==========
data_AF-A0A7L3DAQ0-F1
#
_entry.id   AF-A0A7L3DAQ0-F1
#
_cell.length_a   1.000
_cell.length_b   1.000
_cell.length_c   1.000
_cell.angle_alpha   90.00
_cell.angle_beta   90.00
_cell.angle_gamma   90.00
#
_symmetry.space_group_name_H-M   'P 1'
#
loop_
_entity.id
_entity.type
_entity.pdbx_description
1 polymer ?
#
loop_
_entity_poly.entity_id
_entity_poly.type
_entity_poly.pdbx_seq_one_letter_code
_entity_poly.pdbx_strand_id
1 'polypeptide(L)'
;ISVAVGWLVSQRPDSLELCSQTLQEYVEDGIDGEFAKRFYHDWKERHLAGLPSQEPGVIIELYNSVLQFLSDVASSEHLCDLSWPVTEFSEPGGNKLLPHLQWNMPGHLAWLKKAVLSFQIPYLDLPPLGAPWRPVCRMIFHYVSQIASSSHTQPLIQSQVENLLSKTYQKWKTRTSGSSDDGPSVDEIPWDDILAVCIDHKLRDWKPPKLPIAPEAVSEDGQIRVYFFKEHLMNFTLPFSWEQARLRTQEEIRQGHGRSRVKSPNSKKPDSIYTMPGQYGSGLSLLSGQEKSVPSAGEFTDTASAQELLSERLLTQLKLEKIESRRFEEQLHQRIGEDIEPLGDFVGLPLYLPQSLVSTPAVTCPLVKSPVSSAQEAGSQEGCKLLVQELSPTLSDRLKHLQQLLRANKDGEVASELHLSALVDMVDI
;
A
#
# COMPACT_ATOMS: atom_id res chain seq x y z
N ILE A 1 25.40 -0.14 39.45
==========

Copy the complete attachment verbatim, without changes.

data_AF-A0A7L3DAQ0-F1
#
_entry.id   AF-A0A7L3DAQ0-F1
#
_cell.length_a   1.000
_cell.length_b   1.000
_cell.length_c   1.000
_cell.angle_alpha   90.00
_cell.angle_beta   90.00
_cell.angle_gamma   90.00
#
_symmetry.space_group_name_H-M   'P 1'
#
loop_
_entity.id
_entity.type
_entity.pdbx_description
1 polymer ?
#
loop_
_entity_poly.entity_id
_entity_poly.type
_entity_poly.pdbx_seq_one_letter_code
_entity_poly.pdbx_strand_id
1 'polypeptide(L)'
;ISVAVGWLVSQRPDSLELCSQTLQEYVEDGIDGEFAKRFYHDWKERHLAGLPSQEPGVIIELYNSVLQFLSDVASSEHLCDLSWPVTEFSEPGGNKLLPHLQWNMPGHLAWLKKAVLSFQIPYLDLPPLGAPWRPVCRMIFHYVSQIASSSHTQPLIQSQVENLLSKTYQKWKTRTSGSSDDGPSVDEIPWDDILAVCIDHKLRDWKPPKLPIAPEAVSEDGQIRVYFFKEHLMNFTLPFSWEQARLRTQEEIRQGHGRSRVKSPNSKKPDSIYTMPGQYGSGLSLLSGQEKSVPSAGEFTDTASAQELLSERLLTQLKLEKIESRRFEEQLHQRIGEDIEPLGDFVGLPLYLPQSLVSTPAVTCPLVKSPVSSAQEAGSQEGCKLLVQELSPTLSDRLKHLQQLLRANKDGEVASELHLSALVDMVDI
;
A
#
# COMPACT_ATOMS: atom_id res chain seq x y z
N ILE A 1 25.40 -0.14 39.45